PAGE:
Indeed, the private sector needs to actively take the lead as environment champions.

Fortunately, there are those who have led the way in this regard. The Philippine Disaster Resilience Foundation has a strategic partnership among stakeholders towards building livable and disaster-resilient communities across the country. The Philippine Green Building Council, likewise, has been campaigning for the transformation of building designs and construction into practices that are environmentally and socially responsible.

Coca-Cola Beverage Philippines, Inc., as part of its World Without Waste program, has recently earned the Board of Investment approval of its P2.3-billion PETValue recycling facility project. It also has returned 112% of the water it used in its products to the environment and the community through its water replenishment programs.

Meralco, the country’s largest power distributor, has committed to make sustainability its main agenda as it charts its green journey to help save the environment. Through its Powering the Good Life program, Meralco aims to prioritize five areas: direct emissions reduction, resource efficiency, waste management, community electrification, and workplace excellence.

Global brands like Unilever, have also committed to reduce plastic waste by working to make all of its packaging recyclable, reusable, or compostable by 2025. This is part of a larger effort captured by the Unilever Sustainable Living Program, which was launched in 2010. In pursuing these commitments, the company has been relentlessly working with the government, academe, industry groups, and various community-based organizations to develop sustainable packaging solutions.

Even the Chamber of Mines of the Philippines, through Towards Sustainable Mining (TSM), commits to go beyond its corporate responsibility to uplift people’s quality of life and reduce poverty in their host communities while contributing to the country’s socio-economic development.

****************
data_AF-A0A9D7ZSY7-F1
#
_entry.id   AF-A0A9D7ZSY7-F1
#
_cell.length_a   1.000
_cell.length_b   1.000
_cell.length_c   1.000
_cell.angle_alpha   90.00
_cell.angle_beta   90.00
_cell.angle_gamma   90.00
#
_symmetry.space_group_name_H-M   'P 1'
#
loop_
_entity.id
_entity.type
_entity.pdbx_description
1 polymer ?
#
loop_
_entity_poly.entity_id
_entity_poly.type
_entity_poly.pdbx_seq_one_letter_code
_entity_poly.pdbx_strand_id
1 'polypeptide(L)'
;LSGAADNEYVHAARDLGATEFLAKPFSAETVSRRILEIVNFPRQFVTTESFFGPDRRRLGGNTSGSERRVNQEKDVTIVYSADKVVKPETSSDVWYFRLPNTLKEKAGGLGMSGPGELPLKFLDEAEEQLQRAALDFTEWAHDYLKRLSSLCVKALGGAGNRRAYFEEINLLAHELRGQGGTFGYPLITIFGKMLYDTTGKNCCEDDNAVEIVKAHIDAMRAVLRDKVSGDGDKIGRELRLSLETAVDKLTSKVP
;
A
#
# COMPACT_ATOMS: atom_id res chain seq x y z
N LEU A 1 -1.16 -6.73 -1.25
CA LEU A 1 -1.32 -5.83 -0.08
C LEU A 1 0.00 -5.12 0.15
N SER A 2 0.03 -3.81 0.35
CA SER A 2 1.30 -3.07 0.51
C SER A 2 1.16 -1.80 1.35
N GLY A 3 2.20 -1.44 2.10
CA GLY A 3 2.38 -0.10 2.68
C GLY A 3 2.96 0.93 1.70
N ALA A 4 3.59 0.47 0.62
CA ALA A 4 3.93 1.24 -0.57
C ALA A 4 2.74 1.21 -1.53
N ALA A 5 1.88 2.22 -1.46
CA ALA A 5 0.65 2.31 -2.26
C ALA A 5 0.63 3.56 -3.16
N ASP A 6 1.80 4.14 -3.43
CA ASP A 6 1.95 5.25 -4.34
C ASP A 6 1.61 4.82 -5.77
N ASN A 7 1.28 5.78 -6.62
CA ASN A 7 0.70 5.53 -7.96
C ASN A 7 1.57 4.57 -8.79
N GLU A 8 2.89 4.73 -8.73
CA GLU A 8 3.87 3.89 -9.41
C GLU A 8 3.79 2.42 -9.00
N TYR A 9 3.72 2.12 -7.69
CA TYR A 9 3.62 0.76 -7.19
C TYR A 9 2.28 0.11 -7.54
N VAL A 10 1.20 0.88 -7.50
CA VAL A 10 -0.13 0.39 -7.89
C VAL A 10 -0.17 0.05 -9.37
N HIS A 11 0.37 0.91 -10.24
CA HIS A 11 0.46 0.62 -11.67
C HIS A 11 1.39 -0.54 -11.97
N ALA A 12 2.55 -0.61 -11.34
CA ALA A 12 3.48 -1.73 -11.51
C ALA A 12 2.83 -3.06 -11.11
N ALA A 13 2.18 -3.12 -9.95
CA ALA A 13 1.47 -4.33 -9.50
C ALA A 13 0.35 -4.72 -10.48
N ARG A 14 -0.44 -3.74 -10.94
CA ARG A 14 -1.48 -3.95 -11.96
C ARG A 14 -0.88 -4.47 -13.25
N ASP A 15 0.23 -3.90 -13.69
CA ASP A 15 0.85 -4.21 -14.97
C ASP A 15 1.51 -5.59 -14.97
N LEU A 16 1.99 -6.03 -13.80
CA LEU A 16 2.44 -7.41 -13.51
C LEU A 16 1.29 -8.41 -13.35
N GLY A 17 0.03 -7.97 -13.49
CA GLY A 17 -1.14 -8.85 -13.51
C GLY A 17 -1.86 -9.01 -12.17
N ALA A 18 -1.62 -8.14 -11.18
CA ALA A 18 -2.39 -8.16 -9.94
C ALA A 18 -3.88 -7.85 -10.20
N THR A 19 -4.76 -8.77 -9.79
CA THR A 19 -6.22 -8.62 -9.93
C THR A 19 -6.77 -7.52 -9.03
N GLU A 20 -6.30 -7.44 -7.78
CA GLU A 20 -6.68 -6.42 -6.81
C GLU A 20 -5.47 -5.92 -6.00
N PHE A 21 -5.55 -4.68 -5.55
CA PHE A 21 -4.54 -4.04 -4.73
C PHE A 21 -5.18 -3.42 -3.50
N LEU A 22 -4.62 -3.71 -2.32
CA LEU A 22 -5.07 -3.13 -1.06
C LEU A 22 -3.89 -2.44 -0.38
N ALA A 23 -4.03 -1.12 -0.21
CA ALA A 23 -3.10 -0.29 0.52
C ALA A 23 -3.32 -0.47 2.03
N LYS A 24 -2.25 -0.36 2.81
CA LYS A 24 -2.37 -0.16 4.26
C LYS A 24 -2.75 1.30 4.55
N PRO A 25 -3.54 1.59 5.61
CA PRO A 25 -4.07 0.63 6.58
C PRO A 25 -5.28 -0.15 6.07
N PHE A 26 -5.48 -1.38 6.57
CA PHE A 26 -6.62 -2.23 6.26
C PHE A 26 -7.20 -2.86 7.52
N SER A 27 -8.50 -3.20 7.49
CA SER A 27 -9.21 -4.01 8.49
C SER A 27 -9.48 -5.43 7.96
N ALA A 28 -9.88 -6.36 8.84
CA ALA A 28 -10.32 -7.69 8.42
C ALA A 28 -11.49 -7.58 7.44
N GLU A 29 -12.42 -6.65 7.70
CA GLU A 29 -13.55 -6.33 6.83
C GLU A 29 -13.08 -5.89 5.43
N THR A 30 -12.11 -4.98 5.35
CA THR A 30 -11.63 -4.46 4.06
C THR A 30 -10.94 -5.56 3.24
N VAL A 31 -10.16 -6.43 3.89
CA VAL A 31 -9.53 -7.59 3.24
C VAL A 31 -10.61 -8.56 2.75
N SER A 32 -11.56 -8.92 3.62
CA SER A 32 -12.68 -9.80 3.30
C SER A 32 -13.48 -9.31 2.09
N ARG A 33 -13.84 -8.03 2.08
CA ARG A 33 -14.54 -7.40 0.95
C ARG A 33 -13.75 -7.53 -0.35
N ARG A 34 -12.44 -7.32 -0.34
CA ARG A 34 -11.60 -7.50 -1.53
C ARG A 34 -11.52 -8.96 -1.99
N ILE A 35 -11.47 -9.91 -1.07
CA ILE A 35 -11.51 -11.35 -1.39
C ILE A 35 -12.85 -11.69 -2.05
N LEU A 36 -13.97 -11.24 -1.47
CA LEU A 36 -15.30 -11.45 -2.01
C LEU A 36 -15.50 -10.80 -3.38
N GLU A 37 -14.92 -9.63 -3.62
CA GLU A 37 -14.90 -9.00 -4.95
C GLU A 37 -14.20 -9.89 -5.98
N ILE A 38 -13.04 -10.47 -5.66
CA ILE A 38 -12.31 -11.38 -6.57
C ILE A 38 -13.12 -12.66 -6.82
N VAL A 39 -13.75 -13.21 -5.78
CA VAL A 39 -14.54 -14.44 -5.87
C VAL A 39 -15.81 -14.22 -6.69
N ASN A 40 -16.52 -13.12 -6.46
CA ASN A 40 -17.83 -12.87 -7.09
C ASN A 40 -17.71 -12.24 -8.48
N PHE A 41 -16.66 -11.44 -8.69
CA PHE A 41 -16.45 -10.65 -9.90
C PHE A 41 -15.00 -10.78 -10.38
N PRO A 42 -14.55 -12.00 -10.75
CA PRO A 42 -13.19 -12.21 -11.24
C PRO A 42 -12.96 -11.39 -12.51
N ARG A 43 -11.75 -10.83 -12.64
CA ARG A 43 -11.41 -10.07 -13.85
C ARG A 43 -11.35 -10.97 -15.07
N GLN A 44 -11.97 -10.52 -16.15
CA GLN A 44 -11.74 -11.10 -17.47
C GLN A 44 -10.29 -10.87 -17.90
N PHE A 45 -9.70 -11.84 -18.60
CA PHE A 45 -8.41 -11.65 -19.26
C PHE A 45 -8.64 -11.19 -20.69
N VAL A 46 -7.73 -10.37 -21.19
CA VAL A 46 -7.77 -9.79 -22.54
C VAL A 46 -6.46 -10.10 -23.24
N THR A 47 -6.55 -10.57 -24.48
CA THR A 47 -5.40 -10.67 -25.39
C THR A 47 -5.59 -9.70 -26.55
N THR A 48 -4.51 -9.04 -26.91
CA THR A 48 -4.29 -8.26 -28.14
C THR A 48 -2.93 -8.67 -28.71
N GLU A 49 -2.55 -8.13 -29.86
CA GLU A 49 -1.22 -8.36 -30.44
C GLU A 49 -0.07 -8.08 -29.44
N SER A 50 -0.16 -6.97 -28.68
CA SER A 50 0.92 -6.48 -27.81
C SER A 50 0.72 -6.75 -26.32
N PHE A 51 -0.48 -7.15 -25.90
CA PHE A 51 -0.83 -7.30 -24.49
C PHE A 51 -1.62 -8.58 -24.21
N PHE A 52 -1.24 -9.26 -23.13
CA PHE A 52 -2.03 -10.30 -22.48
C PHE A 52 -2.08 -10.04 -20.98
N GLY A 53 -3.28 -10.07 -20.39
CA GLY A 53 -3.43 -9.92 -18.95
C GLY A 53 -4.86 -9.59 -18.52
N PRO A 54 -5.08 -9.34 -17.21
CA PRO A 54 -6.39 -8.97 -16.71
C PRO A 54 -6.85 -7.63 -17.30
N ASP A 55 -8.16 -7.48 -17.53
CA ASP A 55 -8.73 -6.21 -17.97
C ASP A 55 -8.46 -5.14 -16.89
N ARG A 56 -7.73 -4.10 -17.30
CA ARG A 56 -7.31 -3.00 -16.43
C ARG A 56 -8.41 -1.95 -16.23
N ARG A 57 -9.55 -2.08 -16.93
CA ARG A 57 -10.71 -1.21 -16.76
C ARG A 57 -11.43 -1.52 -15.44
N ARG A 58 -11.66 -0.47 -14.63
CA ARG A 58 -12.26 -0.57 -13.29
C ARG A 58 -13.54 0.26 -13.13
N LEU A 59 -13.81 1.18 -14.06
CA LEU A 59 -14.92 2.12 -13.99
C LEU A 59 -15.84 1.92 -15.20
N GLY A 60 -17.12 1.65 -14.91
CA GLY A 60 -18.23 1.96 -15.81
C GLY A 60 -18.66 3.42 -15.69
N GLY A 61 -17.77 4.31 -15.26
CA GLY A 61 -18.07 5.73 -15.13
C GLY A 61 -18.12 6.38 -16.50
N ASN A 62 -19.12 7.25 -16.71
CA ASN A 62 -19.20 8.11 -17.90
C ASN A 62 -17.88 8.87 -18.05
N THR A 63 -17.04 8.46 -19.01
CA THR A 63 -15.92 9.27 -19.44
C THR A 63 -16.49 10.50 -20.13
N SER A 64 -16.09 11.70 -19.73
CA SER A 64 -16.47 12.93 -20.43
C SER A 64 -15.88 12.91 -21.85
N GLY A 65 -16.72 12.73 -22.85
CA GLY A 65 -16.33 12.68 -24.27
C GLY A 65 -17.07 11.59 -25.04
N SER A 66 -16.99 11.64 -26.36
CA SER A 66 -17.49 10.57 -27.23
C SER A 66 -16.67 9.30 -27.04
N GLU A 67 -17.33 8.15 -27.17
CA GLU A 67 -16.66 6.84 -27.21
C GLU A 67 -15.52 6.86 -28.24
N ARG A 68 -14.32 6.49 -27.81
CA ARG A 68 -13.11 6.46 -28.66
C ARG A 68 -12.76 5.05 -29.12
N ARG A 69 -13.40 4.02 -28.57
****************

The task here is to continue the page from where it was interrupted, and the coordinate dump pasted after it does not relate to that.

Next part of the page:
Given today’s public health challenges, it can be easy to overlook the importance of the environment and climate change. However, as more people and responsible businesses see the interconnection between sustainability, our economy, and environment, more green investments, models, and initiatives are being integrated. Not only can these generate more jobs, and spur the economy, but also protect the environment in the long-term.

For the year 2021, a sustainable and green economy will only be possible by thinking differently. Our traditional and myopic view of our country’s security must expand to consider environment-centered, science-based, and forward-looking issues. Furthermore, without understanding how collaborative action is critical for our economy and environment, dealing with complex issues, such as sustainability and a greener economy, will not be possible.

All of us must embrace this new way of life.

This article was originally published in BusinessWorld.